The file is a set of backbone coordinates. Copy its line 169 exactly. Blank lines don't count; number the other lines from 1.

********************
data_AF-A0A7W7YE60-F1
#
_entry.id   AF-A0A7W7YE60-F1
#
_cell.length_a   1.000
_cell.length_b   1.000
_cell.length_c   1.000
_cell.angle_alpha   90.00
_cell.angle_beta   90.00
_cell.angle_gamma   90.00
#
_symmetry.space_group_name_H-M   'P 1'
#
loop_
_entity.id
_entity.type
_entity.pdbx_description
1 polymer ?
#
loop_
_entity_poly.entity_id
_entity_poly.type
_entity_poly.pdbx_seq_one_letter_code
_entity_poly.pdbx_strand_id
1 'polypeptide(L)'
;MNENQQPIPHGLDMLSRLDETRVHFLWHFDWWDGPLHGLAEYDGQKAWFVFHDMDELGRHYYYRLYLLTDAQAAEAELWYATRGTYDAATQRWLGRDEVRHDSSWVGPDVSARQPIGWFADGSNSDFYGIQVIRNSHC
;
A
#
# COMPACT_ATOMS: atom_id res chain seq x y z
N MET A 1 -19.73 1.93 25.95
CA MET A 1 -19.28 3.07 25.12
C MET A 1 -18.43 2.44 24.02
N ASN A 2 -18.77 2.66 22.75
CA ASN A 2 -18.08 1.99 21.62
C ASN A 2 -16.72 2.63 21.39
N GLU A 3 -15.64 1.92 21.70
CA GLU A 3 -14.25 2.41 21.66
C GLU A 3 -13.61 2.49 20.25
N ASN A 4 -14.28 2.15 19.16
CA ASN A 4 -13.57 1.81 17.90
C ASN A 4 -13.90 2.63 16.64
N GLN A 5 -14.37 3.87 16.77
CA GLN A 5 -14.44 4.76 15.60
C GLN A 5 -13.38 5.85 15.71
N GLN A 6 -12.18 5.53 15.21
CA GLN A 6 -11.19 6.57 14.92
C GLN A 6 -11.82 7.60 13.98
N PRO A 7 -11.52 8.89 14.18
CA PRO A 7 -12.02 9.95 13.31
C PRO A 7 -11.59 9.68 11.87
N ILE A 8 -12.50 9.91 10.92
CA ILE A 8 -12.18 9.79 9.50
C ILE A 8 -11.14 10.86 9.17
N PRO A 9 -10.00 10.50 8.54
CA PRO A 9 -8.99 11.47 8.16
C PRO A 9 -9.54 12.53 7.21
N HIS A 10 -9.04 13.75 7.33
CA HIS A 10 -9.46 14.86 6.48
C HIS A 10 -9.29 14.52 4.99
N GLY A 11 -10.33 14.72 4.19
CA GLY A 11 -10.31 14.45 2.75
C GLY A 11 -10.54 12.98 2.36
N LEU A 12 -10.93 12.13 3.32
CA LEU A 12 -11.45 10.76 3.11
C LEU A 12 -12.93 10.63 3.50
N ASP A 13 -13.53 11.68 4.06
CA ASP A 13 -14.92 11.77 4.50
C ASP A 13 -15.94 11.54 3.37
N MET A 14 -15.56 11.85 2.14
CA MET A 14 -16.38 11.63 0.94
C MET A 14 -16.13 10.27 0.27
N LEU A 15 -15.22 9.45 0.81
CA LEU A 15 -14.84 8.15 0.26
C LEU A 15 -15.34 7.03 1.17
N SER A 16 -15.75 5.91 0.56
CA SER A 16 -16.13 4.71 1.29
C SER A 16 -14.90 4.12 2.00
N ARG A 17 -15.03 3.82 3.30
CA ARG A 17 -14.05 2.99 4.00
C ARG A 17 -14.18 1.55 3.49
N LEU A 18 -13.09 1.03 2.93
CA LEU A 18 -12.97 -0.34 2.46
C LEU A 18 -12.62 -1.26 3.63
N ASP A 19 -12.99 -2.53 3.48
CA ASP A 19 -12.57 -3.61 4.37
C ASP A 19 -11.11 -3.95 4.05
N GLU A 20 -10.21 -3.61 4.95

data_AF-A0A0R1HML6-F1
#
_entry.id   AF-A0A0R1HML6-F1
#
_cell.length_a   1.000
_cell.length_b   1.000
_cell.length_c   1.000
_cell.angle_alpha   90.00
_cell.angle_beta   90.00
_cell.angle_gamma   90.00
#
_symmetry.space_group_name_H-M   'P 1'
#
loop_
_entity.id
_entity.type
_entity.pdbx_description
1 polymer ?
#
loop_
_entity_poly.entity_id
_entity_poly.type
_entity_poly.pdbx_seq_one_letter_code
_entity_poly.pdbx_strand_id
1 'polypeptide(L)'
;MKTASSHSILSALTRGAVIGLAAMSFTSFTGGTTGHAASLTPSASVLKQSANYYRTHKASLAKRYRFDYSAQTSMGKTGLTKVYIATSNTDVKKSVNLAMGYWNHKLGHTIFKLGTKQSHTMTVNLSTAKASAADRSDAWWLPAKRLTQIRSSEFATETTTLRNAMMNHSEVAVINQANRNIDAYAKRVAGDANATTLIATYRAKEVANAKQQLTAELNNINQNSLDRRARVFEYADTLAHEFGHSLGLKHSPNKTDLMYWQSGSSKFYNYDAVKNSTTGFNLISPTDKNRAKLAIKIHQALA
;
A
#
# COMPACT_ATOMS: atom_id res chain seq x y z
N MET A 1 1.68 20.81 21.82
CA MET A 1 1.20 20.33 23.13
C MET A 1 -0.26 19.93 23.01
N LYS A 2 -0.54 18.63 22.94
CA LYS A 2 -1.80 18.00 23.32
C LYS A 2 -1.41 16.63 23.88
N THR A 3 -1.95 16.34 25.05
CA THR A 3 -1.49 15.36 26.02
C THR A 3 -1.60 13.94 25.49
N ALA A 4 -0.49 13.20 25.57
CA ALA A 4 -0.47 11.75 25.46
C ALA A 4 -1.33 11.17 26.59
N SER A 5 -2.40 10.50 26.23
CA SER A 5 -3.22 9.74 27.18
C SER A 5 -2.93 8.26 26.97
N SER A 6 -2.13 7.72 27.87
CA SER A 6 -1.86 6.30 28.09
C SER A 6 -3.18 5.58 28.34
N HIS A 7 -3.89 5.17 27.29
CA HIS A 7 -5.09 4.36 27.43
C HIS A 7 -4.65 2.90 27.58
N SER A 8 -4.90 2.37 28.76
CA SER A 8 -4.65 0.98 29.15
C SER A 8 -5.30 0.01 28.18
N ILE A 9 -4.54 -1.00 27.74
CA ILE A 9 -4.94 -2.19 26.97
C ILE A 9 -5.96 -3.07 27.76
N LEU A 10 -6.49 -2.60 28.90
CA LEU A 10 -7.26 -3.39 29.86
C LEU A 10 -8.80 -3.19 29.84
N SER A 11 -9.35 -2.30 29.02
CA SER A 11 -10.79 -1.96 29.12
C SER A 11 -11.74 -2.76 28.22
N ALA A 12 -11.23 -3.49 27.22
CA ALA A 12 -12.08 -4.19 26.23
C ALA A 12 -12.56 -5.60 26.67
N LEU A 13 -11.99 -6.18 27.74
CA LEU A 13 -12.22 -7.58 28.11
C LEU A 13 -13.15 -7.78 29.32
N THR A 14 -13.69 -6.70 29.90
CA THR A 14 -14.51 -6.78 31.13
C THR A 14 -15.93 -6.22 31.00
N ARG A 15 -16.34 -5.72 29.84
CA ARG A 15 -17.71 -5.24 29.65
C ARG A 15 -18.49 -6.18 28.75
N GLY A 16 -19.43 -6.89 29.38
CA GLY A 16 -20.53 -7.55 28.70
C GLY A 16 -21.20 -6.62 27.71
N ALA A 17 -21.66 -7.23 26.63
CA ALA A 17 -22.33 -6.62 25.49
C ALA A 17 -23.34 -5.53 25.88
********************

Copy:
C ALA A 17 -23.34 -5.53 25.88